So guys I'm currently in three different up-coming Dramsoc shows (one is actually running this week), and I thought I'd do a little blog about character development and how it helps to keep you on your toes and how it makes each charter different.
The character I am currently spending the most time on is Michelle Dubois from "Allo Allo" which is running in UCD dramsoc this week. Michelle is a leader of the French Resistance in wartime France. This is crucial information when thinking about Michelle. Firstly French culture isn't so alien to me as I love french and France itself, but the 1940's France is new to me. So It is important to read up on research of this time period because remember, what you say on stage is coming from the character and it is important to distinguish between the character and the actor.
We did workshops on character a few times in rehearsals, and this is what we did. Walk around the room as your own person, as the actor. Notice how fast you walk, what parts of your body move, how your feet are placed. This will make it easier for you to know when you have stepped out of character on stage. Feel the ground and the way you hold yourself, do you look ahead? Do you look down? Is your back straight or curved, are your shoulders back or forward. Then slowly think about your character and how they would walk, how they would place their feet. Michelle, is paranoid and wears ridiculous disguises so I have her walking slightly hunched over (except when in disguise) and her footsteps are longer strides than mine, and lighter so as to not draw attention to herself. Her head moves quickly to take in her surroundings, she speaks softly but audibly. These are her characteristics and they are quite different to mine so I know when I am out of character. It is difficult to be a character in disguise, because they are trying to put on a performance over their normal attributes, Michelle dresses as a nun, a gendarme and a prostitute. The main thing I focus on here is the head, how does her head move. Her body may move differently, i.e., more upright for the gendarme (french police) and more hunched as a nun. But her head movements stay the same, sharp movements. Take in everything.
Doing small workshops and noticing how your body moves is extremely useful for when you are doing a lot of character driven plays. Another production I'm working on is "Riders to the Sea" by J.M. Synge which will be performed next week. I play the role of Nora, who is the youngest in the play, possibly mid teens and who is the quietest. She is soft and gentle in her movements. She is much closer to Maurya than she is to Cathleen and Bartley. I feel that she is sisterly to Cathleen of course who would inform her of the ways of the world more so than Maurya would, but she would never really speak out of turn to Bartley. I feel this is because she respects him as the older man and the only son left in the household. Very chauvinistic I know but this play is not exactly set in modern times. Her character is completely different to that of Michelle so it is not hard at all to pop in an out between characters. Both born in completely different eras, Michelle is french and used to mainland France. Nora is born and raised on The Aran Islands off the coast of Ireland and is taught that men are out to work and woman are to stay at home. Because she is closer to Maurya her views are similar to her mothers.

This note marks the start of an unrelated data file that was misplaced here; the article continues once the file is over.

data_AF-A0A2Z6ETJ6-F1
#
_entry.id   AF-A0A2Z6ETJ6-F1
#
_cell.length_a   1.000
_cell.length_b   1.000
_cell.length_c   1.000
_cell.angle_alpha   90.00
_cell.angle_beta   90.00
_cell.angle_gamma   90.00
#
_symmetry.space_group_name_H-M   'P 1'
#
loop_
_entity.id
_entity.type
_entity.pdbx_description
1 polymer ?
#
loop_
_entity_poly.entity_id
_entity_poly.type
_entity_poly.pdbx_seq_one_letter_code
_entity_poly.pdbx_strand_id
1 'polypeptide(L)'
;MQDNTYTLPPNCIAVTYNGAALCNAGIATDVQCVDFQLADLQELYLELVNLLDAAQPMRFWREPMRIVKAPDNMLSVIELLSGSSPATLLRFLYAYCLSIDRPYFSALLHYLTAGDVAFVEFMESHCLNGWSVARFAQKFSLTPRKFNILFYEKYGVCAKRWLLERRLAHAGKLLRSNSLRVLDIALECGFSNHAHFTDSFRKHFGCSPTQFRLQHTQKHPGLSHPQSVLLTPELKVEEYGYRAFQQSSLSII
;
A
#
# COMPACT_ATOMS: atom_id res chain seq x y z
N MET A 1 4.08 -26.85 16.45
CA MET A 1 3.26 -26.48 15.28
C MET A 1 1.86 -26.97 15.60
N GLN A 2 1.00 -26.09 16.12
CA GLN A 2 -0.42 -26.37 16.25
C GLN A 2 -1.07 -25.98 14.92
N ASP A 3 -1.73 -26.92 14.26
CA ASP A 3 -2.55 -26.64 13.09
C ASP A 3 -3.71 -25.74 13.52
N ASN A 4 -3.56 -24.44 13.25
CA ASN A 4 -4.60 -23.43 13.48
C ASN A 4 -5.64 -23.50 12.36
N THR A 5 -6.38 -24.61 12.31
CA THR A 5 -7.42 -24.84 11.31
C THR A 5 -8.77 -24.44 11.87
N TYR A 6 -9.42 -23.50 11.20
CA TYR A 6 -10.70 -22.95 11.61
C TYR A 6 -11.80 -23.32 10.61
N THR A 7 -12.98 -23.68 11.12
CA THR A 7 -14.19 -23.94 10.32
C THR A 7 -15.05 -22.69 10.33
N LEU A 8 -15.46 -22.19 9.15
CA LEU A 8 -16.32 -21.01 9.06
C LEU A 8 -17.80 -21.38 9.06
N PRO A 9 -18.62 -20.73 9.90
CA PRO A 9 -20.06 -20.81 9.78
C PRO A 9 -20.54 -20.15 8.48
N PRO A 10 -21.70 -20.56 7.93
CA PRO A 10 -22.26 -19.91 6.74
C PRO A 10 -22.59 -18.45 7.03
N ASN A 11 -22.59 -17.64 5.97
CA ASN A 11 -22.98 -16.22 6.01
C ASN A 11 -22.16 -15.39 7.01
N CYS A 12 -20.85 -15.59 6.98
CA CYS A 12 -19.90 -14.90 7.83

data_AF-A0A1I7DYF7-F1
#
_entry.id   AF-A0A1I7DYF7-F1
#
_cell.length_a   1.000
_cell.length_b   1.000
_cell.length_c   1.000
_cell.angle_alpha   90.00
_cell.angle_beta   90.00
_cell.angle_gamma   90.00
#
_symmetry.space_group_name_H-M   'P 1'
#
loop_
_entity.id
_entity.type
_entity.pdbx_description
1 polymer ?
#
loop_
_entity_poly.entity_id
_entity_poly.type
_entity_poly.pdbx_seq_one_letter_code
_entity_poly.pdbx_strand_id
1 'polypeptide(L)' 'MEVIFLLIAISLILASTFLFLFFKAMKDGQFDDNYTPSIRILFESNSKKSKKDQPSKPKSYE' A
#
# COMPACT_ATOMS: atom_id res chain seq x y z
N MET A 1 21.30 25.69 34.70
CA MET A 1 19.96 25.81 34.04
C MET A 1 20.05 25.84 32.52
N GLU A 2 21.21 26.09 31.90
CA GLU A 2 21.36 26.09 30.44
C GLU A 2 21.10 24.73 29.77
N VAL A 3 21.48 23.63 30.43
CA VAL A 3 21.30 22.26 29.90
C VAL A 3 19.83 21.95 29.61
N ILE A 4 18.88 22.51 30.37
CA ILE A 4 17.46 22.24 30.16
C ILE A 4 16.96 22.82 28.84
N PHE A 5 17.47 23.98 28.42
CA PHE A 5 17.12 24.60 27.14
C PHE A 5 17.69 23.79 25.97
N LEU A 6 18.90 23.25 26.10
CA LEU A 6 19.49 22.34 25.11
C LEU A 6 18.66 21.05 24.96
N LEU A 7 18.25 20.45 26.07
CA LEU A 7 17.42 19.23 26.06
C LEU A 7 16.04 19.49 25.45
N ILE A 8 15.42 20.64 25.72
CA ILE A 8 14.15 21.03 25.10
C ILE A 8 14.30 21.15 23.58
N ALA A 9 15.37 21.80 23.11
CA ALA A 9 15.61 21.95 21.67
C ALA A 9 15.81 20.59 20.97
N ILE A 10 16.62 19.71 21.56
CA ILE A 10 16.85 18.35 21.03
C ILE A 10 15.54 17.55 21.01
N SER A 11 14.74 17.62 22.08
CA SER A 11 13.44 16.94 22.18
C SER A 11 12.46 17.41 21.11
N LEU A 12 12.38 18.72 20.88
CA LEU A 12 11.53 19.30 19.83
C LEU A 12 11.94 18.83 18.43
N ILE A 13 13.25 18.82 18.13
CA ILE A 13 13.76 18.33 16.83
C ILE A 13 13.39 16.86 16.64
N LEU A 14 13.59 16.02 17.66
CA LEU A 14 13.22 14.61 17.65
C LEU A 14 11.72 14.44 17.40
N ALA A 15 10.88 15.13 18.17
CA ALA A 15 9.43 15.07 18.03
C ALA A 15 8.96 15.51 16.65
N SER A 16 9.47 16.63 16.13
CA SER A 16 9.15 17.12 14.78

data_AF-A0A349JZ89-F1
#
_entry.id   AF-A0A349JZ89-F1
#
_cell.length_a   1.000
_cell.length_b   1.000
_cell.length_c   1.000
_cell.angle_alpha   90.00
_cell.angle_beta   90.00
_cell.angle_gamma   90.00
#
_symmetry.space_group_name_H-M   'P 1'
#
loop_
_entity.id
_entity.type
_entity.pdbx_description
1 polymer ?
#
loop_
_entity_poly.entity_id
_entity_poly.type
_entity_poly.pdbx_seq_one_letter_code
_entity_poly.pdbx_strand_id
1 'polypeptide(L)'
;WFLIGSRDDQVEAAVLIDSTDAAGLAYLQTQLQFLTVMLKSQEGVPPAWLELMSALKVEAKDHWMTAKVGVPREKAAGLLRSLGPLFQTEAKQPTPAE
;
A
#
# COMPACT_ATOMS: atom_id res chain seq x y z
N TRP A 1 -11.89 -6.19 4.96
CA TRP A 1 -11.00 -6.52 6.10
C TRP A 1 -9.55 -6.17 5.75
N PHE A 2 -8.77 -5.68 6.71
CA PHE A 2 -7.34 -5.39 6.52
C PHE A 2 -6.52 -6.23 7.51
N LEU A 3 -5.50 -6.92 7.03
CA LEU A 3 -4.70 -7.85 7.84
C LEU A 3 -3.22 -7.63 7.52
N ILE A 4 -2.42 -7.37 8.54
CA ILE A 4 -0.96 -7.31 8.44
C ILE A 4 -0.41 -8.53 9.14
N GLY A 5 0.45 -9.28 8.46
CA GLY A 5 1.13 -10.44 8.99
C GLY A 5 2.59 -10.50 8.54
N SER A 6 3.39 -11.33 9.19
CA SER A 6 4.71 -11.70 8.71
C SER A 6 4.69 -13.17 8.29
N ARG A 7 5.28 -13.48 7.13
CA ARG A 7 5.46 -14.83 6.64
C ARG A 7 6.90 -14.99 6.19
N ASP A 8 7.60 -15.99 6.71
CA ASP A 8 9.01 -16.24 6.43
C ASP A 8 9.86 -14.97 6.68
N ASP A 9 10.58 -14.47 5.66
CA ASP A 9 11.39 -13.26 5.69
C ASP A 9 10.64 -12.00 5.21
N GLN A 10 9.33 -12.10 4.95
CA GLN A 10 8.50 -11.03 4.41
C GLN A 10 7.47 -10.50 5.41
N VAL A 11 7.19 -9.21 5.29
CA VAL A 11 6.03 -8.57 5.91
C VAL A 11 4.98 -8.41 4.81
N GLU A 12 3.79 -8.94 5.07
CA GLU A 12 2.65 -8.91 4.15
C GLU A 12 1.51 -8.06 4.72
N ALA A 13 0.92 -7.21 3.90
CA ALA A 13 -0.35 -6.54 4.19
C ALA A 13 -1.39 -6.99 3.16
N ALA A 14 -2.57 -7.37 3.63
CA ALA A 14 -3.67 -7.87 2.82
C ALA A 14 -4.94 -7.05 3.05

I discovered all this information about Nora because of a workshop with the directors. It proved so useful for getting into the mind frame of Nora. Ask yourself questions. Simple questions at first like, Who is this character closest to in terms of relationships? And then proceed to questions like, what happened the night before this play was set? What will happen to the character after? What is the thought process right now from line A to line B. This will come in handy in terms of emotion. Nora is young and so she hasn't got the greatest amount of control on her emotions and so she cries quite a bit. The thought process helps with the bringing up of emotions. I find whenever I have a line that is riveted with emotion I can't help but cry. If you are deep into the thought process and the inner workings of a character it really isn't hard to cry at all.
So keep thinking about your character. Believe in every word you are saying, because they aren't just lines on a page, every sentence has a purpose and needs to be said accordingly. the other character I'm playing is Joanna from "Present Laughter", who I will address in a later post as the other two shows are the more prominent as "Allo Allo" is on this week and "Riders to the Sea" is on Next week.
stay tuned for more!! I will hopefully post up videos soon enough of me acting, perhaps of these characters so that it'll help you in some sense grasp what I'm saying.
Thanks for reading! sorry it's a bit long-winded!!
Peach out!! xxxx